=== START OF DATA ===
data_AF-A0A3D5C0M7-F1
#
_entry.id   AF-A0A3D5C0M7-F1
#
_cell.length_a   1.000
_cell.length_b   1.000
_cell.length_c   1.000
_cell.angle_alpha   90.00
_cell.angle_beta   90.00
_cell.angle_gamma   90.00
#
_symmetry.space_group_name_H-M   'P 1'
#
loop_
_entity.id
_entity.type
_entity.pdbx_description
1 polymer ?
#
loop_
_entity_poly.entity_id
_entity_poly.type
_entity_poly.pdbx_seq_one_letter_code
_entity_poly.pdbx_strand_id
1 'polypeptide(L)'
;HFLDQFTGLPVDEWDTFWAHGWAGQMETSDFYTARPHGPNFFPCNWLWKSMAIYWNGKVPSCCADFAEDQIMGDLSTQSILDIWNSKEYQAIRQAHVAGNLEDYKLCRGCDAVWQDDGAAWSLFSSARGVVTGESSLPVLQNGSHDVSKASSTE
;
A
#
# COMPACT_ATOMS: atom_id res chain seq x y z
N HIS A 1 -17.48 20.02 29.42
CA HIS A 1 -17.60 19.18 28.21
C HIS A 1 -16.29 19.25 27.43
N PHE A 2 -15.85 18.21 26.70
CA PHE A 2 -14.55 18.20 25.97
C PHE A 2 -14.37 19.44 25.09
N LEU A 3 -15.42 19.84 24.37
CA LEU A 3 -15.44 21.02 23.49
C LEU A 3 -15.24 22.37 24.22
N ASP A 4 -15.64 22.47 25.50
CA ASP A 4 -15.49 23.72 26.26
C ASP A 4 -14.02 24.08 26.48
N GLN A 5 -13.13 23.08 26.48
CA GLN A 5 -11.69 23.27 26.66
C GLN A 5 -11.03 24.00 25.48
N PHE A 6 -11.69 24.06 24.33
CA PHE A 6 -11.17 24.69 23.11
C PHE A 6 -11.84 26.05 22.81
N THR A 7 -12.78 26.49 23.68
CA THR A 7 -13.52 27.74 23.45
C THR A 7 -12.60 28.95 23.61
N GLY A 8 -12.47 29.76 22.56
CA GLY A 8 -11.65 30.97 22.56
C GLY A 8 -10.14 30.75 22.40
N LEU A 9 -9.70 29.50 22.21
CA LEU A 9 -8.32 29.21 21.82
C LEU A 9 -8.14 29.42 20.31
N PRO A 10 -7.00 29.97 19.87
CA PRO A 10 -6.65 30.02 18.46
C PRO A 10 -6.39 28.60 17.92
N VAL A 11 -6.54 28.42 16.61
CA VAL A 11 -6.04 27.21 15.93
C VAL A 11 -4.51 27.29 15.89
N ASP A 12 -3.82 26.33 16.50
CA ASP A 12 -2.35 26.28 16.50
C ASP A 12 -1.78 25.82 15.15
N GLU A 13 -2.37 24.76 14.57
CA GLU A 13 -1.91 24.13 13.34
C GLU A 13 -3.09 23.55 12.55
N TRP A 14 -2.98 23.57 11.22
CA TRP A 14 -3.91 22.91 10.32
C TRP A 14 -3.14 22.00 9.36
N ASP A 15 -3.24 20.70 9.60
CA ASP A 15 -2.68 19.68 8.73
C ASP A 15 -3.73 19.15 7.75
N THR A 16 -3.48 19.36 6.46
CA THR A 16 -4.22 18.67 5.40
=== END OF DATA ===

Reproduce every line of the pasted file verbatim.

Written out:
data_AF-A0A3D5C0M7-F1
#
_entry.id   AF-A0A3D5C0M7-F1
#
_cell.length_a   1.000
_cell.length_b   1.000
_cell.length_c   1.000
_cell.angle_alpha   90.00
_cell.angle_beta   90.00
_cell.angle_gamma   90.00
#
_symmetry.space_group_name_H-M   'P 1'
#
loop_
_entity.id
_entity.type
_entity.pdbx_description
1 polymer ?
#
loop_
_entity_poly.entity_id
_entity_poly.type
_entity_poly.pdbx_seq_one_letter_code
_entity_poly.pdbx_strand_id
1 'polypeptide(L)'
;HFLDQFTGLPVDEWDTFWAHGWAGQMETSDFYTARPHGPNFFPCNWLWKSMAIYWNGKVPSCCADFAEDQIMGDLSTQSILDIWNSKEYQAIRQAHVAGNLEDYKLCRGCDAVWQDDGAAWSLFSSARGVVTGESSLPVLQNGSHDVSKASSTE
;
A
#
# COMPACT_ATOMS: atom_id res chain seq x y z
N HIS A 1 -17.48 20.02 29.42
CA HIS A 1 -17.60 19.18 28.21
C HIS A 1 -16.29 19.25 27.43
N PHE A 2 -15.85 18.21 26.70
CA PHE A 2 -14.55 18.20 25.97
C PHE A 2 -14.37 19.44 25.09
N LEU A 3 -15.42 19.84 24.37
CA LEU A 3 -15.44 21.02 23.49
C LEU A 3 -15.24 22.37 24.22
N ASP A 4 -15.64 22.47 25.50
CA ASP A 4 -15.49 23.72 26.26
C ASP A 4 -14.02 24.08 26.48
N GLN A 5 -13.13 23.08 26.48
CA GLN A 5 -11.69 23.27 26.66
C GLN A 5 -11.03 24.00 25.48
N PHE A 6 -11.69 24.06 24.33
CA PHE A 6 -11.17 24.69 23.11
C PHE A 6 -11.84 26.05 22.81
N THR A 7 -12.78 26.49 23.68
CA THR A 7 -13.52 27.74 23.45
C THR A 7 -12.60 28.95 23.61
N GLY A 8 -12.47 29.76 22.56
CA GLY A 8 -11.65 30.97 22.56
C GLY A 8 -10.14 30.75 22.40
N LEU A 9 -9.70 29.50 22.21
CA LEU A 9 -8.32 29.21 21.82
C LEU A 9 -8.14 29.42 20.31
N PRO A 10 -7.00 29.97 19.87
CA PRO A 10 -6.65 30.02 18.46
C PRO A 10 -6.39 28.60 17.92
N VAL A 11 -6.54 28.42 16.61
CA VAL A 11 -6.04 27.21 15.93
C VAL A 11 -4.51 27.29 15.89
N ASP A 12 -3.82 26.33 16.50
CA ASP A 12 -2.35 26.28 16.50
C ASP A 12 -1.78 25.82 15.15
N GLU A 13 -2.37 24.76 14.57
CA GLU A 13 -1.91 24.13 13.34
C GLU A 13 -3.09 23.55 12.55
N TRP A 14 -2.98 23.57 11.22
CA TRP A 14 -3.91 22.91 10.32
C TRP A 14 -3.14 22.00 9.36
N ASP A 15 -3.24 20.70 9.60
CA ASP A 15 -2.68 19.68 8.73
C ASP A 15 -3.73 19.15 7.75
N THR A 16 -3.48 19.36 6.46
CA THR A 16 -4.22 18.67 5.40